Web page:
Positive change has also come from within governments. In the European political landscape today, it is Spain that raises the bar when it comes to women’s rights. Since 2017 it has invested in fighting against gender-based violence. Equality Minister Irene Montero has passed legislation including the introduction of menstrual leave for women, free period products and mandatory sexuality education in schools, changes around consent with the “only yes means yes” law in 2022 (which states that consent has to be expressed and that any non-consensual sexual activity is rape), and legislation expanding abortion and transgender rights for teenagers in 2023.

The mobilisation of the Spanish women’s football team (and of society at large) in the wake of one of the players being forcibly kissed on the mouth during the celebration of their World Cup win in the summer shows that these laws have changed the terms of the debate, even though the attempts to ignore these changes have proved strong.

Progress in one country – particularly when that country is perceived as Catholic and conservative such as Ireland or Spain – stimulates feminist movements across borders. Feminist movements are transnational by nature and empower one another. International solidarity has powered protests throughout the world such as the Polish Black Protests from 2016 onwards, Iranian women’s movements, and Argentina’s movement against gender-based violence Ni Una Menos, which started in 2015 and has since spread to countries including Spain and Italy.

“Progress in one country stimulates feminist movements across borders.”

Feminist movements have appropriated tools to denounce injustice and raise their voices across borders: from the national versions of #MeToo and the worldwide spread of the Chilean song Un violador en tu camino (“A rapist in your path”, also known as “The rapist is you”) to the feminist collages denouncing femicides appearing in cities around the world.

In Europe, the spaces for networking and connecting are numerous. Between 2007 to 2012, eight different feminist networks operated the European Feminist Forum (EFF), a web-based space for dialogue. Today, there are many opportunities for encounter and common work, from feminist festivals such as City of Women in Slovenia, Femi Festival in Denmark, Fem Fest in the Netherlands, and WeToo in France, to more political organisation such as the feminist forums of progressive EU Parliament groups and plans for an in-person European Feminist Forum by the WIDE+ network.

As feminist movements often operate on volunteers’ time and with limited funding, mobilising the resources to build strong, lasting transnational networks remains a challenge – especially when local and national work already pushes activists and organisations to their limits.

Those who are working to build a feminist Europe, effect societal change, and forge new paths should not be left alone to face the efficient and well-funded nationalist and extreme right movements. Feminist movements are a space of support and creation and often of joy and freedom. To effect serious social change, they will need funding but also strong support and alliances from within political parties and at local, national, and European levels.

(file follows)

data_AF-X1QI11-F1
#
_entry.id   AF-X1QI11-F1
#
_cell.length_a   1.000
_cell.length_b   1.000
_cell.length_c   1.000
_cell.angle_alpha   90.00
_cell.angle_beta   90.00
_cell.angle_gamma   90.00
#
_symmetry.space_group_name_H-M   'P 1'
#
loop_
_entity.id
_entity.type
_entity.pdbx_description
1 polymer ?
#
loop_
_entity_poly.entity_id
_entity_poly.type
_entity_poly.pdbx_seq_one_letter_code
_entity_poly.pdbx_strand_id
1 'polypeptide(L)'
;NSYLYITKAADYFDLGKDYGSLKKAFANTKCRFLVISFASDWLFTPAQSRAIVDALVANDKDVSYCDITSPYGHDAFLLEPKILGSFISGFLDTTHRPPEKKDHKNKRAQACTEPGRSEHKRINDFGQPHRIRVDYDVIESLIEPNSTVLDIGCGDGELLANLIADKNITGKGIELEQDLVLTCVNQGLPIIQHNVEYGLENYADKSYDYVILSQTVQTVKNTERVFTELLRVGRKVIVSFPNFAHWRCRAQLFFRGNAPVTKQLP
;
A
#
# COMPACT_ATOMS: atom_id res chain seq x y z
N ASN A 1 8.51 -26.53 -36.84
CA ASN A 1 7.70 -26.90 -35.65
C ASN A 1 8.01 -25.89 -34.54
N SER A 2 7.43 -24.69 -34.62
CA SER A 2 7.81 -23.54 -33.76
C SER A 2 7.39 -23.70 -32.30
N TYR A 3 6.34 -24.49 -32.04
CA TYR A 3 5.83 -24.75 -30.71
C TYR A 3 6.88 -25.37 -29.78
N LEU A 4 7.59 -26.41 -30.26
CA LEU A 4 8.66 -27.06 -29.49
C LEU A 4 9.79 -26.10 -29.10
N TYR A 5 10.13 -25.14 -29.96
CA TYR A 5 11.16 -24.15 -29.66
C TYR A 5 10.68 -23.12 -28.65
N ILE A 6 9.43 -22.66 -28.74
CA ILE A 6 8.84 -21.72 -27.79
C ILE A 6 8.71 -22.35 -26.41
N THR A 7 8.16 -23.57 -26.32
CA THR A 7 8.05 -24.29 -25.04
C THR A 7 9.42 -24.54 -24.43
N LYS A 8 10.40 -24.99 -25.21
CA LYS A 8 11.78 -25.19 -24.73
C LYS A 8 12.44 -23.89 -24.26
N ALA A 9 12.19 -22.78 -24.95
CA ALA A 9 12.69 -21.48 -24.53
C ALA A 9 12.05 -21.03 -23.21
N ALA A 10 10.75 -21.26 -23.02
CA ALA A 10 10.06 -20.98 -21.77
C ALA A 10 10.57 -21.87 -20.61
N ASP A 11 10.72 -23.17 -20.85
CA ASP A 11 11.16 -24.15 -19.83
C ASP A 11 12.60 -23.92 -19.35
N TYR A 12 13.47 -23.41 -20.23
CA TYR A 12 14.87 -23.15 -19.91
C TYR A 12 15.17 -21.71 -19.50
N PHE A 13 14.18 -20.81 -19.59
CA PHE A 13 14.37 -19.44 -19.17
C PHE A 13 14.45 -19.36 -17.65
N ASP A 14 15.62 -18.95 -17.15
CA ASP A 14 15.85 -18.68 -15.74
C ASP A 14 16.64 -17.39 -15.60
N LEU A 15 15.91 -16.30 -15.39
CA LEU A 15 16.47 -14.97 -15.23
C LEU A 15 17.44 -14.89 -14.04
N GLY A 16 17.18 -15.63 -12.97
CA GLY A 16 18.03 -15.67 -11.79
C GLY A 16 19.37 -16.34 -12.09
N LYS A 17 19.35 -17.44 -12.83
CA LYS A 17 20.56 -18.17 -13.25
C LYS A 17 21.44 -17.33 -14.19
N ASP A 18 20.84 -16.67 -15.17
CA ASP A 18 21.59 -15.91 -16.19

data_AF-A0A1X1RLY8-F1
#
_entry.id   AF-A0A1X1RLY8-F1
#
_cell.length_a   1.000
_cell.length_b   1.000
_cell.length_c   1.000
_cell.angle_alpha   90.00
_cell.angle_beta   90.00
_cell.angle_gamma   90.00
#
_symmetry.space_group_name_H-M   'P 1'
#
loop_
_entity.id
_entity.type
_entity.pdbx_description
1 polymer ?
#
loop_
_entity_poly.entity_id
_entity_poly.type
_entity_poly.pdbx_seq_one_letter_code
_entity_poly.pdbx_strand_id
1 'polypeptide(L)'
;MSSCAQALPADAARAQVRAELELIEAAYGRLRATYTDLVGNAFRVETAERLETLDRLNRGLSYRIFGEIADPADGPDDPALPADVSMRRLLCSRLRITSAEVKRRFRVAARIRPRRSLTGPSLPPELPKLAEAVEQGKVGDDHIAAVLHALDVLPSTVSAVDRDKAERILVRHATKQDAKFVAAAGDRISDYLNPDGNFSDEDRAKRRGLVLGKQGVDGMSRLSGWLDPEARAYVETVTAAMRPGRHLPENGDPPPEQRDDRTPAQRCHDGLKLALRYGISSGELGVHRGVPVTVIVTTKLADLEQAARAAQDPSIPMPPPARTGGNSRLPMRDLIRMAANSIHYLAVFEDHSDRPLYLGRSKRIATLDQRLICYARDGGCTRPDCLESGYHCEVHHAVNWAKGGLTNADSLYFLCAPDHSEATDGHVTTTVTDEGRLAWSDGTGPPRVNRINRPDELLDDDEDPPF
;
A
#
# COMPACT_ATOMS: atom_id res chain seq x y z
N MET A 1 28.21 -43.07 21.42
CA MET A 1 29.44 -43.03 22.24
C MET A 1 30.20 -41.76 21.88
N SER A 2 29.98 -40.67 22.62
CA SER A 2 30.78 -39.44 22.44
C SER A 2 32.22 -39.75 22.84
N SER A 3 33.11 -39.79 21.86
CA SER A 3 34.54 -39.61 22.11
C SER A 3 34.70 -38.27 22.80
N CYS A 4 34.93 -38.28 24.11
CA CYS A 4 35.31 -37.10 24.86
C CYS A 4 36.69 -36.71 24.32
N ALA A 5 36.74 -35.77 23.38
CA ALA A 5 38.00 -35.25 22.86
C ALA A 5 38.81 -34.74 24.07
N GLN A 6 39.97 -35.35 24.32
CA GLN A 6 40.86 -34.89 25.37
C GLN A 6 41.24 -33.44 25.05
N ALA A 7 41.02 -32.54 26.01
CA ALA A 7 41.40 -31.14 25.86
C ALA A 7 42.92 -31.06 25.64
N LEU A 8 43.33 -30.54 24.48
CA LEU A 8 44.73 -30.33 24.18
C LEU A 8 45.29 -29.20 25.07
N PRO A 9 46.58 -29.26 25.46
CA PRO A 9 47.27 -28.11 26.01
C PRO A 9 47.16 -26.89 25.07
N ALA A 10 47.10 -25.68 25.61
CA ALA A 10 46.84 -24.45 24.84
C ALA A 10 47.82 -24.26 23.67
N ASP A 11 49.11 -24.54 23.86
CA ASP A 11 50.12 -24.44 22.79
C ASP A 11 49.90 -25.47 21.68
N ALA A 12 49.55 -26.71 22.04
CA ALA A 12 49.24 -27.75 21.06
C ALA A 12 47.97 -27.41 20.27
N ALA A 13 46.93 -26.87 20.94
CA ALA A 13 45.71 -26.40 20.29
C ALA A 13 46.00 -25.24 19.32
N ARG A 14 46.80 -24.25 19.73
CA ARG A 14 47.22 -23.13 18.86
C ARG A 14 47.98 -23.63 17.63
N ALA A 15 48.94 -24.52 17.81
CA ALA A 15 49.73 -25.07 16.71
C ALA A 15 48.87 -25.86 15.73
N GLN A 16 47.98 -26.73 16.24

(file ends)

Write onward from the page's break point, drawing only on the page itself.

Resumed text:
A small step towards a feminist Europe would be to hold those elected at the upcoming EU Parliament elections to any promises of being allies of feminism. A transnational feminist movement should be able to develop, promote, and defend a feminist stance in all the EU’s priority areas: from the European Green Deal to the European Pillar of Social Rights; from energy and housing policy to innovation and science; supporting those most at risk of poverty and discrimination. The organisation of a European Feminist Forum, providing a space for transnational organising and for analysis and proposals on EU policy areas, could be a first step.

The 2022 French documentary We Are Coming follows a group of young women on their journey to becoming feminists and acting upon their convictions. It showcases some of the strengths feminist movements can build on at a time when interest in feminism has been revived: personal and collective journeys rooted in research; discussions on practical day-to-day issues; sharing frustration and despair but also joy, fun, and support; exchanges with others in a safe environment; and working with other movements. In the dream of a feminist Europe, one would build on such energies and give them space to transform our societies towards more openness, experimentation, respect, and freedom in order to better confront the anti-liberal forces attacking the foundation of our rights and democracies.

Ségolène Pruvot is a Director of European Alternatives. A Doctor in Urban Sociology, she specialised in the exploration of the intersection between arts, the city and social change. Ségolène has extensive experience in designing and implementing transnational participative cultural programmes and research. She has coordinated the project Room to Bloom.

1 This article was originally published in the Green European Journal.

2 Susan Faludi (1992). Backlash: The Undeclared War Against Women. London: Vintage Books

3 Sara Garbagnoli & Massimo Prearo (2017). La croisade “anti-genre”. Du Vatican au Manif pour Tous. Paris: Éditions Textuel

4 According to France’s National Institute of Statistics and Economic Studies, only 0.6 per cent of reported rapes or attempted rapes resulted in a conviction in 2020.